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BMW Museum!

Bayerische Motoren Werke AG commonly known as BMW or BMW AG, is a German automobile, motorcycle and engine manufacturing company founded in 1916.

BMW is headquartered in Munich, Bavaria. It also owns and produces Mini cars, and is the parent company of Rolls-Royce Motor Cars. BMW produces motorcycles under BMW Motorrad brands. BMW is part of the “German Big 3” luxury automakers, along with Audi  and Mercedes-Benz, which are the three best-selling luxury automakers in the world.

bmw logo

BMW was established as a business entity following a restructuring of the Rapp Motorenwerke aircraft manufacturing firm in 1917. After the end of World War 1 in 1918, BMW was forced to cease aircraft-engine production by the terms of the Versailles Armistice Treaty.The company consequently shifted to motorcycle production in 1923, once the restrictions of the treaty started to be lifted, followed by automobiles in 1928–29.

BMW AG originated with three other manufacturing companies, Rapp Motorenwerke and Bayerische Flugzeugwerke  in Bavaria, and Fahrzeugfabrik Eisenach in Thuringia. Aircraft engine manufacturer Rapp Motorenwerke became Bayerische Motorenwerke in 1916. The engine manufacturer, which built proprietary industrial engines after World War 1, was then bought by the owner of BFW who then merged BFW into BMW and moved the engine works onto BFW’s premises. BFW’s motorcycle sideline was improved upon by BMW and became an integral part of their business.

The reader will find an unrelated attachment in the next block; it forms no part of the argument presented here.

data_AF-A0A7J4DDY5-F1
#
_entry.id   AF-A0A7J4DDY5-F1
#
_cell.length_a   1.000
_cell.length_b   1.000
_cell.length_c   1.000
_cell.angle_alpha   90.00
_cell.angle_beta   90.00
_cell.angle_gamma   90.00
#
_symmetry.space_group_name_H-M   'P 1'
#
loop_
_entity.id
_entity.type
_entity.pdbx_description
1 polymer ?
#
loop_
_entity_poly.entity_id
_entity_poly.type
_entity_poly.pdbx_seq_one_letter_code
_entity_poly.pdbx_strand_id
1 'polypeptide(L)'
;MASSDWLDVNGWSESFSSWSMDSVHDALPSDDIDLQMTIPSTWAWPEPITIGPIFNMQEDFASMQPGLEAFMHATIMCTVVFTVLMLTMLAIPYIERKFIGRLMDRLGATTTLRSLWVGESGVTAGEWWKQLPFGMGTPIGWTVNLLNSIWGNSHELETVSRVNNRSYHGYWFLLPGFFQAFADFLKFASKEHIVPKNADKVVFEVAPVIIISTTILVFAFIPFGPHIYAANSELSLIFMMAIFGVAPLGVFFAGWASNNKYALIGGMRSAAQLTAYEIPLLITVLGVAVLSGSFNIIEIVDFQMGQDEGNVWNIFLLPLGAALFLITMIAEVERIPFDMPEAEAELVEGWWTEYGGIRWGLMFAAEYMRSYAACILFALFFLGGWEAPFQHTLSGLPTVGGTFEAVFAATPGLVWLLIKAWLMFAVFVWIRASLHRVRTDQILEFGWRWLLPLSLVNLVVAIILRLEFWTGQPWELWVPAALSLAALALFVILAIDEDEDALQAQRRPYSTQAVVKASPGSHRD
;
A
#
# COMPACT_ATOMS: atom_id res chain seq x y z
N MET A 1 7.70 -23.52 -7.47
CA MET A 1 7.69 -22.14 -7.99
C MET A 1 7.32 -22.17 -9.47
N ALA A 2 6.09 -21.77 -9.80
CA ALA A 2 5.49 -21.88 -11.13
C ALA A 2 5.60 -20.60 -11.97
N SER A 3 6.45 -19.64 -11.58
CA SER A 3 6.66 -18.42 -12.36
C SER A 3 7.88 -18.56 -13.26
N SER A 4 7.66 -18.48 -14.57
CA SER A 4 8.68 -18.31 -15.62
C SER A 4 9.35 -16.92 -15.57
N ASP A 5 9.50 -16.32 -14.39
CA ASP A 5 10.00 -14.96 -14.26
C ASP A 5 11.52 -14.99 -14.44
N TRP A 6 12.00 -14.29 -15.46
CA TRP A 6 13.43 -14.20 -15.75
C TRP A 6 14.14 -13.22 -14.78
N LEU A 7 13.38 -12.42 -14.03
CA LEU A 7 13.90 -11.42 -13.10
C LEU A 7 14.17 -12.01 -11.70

BMW became an automobile manufacturer in 1929 when it purchased Fahrzeugfabrik Eisenach, which, at the time, built Austin Sevens under licence under the Dixi marque. BMW’s team of engineers progressively developed their cars from small Seven-based cars into six-cylinder luxury cars and, in 1936, began production of the BMW 328 sports car. Aircraft engines, motorcycles, and automobiles would be BMW’s main products until World War 2. During the war, against the wishes of its director Franz Josef Popp, BMW concentrated on aircraft engine production, with motorcycles as a side line and automobile manufacture stopped altogether.

After the war, BMW survived by making pots, pans, and bicycles until 1948, when it restarted motorcycle production. Meanwhile, BMW’s factory in Eisenach fell in the Soviet occupation zone and the Soviets restarted production of pre-war BMW motorcycles and automobiles there. This continued until 1955, after which they concentrated on cars based on pre-war DKW designs. BMW began building cars in Bavaria in 1952 with the BMW 501 luxury saloon. Sales of their luxury saloons were too small to be profitable, so BMW supplemented this with building Isettas  under licence. Slow sales of luxury cars and small profit margins from microcars caused the BMW board to consider selling the operation to Daimler-Benz. However, Herbert Quandt was convinced to purchase a controlling interest in BMW and to invest in its future.

Quandt’s investment, along with profits from the BMW 700, brought about the BMW New Class and BMW New Six. These new products, along with the absorption of Hans Glas GMBH, gave BMW a sure footing on which to expand. BMW grew in strength, eventually acquiring the Rover Group (most of which was later divested), and the license to build automobiles under the Rolls-Royce marque.

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